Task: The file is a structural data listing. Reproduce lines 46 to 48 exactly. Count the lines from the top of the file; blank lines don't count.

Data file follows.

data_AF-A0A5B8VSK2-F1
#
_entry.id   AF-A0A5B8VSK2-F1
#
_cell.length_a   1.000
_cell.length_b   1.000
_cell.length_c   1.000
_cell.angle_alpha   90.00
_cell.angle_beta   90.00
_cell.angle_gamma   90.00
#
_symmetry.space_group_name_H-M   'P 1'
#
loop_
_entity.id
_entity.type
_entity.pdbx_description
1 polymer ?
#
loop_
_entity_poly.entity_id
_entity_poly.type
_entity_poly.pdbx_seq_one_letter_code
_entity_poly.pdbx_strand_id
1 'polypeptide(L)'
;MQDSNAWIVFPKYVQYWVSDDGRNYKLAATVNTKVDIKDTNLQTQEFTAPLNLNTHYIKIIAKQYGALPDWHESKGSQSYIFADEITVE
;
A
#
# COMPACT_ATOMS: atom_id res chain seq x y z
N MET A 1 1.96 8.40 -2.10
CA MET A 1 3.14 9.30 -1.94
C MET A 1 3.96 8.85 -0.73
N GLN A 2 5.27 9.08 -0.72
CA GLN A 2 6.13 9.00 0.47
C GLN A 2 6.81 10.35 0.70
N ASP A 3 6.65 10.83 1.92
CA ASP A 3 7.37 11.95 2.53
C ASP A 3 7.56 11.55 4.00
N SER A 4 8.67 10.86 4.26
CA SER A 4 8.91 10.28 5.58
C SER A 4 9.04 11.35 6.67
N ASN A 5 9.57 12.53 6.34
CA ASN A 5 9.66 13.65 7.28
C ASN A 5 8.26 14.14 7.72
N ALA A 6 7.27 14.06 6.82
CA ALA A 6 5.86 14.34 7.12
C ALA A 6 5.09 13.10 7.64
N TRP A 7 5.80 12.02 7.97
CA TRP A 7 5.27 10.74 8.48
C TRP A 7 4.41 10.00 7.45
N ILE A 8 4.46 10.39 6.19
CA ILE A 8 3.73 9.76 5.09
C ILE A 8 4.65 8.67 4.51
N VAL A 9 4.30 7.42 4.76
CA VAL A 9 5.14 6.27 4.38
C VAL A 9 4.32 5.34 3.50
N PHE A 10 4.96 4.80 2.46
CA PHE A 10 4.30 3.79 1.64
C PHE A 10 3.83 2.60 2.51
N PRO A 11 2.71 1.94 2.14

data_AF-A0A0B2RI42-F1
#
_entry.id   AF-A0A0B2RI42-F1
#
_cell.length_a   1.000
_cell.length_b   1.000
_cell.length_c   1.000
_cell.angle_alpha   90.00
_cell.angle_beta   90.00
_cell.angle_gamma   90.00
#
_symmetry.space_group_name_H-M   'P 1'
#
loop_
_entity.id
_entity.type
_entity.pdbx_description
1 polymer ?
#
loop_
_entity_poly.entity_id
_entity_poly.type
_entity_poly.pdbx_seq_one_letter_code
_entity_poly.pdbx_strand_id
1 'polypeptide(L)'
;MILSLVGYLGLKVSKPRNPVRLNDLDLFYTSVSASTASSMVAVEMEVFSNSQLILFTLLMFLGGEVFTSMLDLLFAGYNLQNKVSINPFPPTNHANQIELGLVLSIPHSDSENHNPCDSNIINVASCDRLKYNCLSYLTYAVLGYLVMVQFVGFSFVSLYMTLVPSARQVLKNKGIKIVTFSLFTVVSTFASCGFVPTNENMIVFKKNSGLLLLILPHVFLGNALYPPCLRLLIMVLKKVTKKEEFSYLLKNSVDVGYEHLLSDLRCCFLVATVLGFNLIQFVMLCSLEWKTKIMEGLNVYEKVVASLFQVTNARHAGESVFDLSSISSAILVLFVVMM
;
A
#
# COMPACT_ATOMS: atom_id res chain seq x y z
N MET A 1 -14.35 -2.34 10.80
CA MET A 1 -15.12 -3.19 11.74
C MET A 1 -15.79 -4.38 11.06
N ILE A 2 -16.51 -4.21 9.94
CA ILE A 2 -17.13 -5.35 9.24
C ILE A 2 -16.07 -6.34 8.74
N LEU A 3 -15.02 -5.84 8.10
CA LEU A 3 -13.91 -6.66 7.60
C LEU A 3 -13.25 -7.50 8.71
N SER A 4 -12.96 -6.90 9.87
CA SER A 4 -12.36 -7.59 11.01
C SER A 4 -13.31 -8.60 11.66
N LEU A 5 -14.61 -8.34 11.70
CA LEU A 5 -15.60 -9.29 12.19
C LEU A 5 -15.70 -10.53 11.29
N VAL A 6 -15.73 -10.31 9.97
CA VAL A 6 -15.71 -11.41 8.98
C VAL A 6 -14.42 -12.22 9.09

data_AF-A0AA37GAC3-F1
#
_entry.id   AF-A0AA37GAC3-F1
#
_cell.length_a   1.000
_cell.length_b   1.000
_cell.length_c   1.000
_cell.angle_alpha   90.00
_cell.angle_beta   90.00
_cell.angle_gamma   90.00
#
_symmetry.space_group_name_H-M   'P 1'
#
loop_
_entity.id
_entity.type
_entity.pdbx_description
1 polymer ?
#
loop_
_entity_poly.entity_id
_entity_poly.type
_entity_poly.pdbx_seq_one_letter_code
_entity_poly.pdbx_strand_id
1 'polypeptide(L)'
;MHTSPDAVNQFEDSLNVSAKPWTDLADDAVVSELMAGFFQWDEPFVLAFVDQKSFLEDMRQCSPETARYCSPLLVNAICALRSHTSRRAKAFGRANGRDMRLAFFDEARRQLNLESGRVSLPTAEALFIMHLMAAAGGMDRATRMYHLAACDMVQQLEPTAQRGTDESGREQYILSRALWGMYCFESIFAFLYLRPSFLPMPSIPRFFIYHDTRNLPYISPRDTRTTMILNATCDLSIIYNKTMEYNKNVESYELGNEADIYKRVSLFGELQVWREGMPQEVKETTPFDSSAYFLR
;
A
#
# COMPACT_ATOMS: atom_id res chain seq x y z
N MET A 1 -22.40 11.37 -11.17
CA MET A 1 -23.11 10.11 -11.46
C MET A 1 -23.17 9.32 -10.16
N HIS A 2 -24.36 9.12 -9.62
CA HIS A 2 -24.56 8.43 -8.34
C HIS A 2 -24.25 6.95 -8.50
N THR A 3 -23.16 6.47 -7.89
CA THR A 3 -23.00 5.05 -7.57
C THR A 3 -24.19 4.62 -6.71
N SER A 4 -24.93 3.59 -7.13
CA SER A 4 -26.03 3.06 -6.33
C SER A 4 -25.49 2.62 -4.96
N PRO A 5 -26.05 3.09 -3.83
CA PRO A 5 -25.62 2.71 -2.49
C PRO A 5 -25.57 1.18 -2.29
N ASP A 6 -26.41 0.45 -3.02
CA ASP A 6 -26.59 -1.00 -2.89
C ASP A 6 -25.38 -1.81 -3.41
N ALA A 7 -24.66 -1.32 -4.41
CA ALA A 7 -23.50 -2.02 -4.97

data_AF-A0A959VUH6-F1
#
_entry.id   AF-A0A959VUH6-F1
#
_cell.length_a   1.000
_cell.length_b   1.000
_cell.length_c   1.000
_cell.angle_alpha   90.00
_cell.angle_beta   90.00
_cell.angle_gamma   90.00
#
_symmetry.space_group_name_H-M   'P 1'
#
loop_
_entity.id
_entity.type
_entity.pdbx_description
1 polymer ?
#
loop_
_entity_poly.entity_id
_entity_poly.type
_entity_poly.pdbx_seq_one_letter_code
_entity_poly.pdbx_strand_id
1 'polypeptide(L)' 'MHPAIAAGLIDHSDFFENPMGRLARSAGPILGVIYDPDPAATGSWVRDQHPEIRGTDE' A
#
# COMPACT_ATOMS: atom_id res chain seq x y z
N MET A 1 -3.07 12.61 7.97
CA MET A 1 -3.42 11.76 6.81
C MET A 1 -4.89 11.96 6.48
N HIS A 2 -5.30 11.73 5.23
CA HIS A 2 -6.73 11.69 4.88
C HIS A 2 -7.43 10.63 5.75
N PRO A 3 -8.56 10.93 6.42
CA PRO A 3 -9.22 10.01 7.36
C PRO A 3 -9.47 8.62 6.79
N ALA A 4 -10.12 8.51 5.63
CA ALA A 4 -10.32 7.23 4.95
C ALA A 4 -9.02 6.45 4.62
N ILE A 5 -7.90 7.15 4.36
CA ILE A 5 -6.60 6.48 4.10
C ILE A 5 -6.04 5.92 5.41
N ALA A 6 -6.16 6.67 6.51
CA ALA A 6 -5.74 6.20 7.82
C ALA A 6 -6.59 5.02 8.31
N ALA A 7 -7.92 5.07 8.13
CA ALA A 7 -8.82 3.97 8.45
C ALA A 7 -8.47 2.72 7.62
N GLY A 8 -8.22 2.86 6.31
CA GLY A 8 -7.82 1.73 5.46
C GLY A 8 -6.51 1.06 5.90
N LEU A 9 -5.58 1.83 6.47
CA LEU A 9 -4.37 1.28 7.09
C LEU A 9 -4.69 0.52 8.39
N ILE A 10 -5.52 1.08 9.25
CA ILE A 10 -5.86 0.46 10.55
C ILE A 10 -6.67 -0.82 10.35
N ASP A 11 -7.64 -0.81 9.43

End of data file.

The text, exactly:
N ALA A 6 7.27 14.06 6.82
CA ALA A 6 5.86 14.34 7.12
C ALA A 6 5.09 13.10 7.64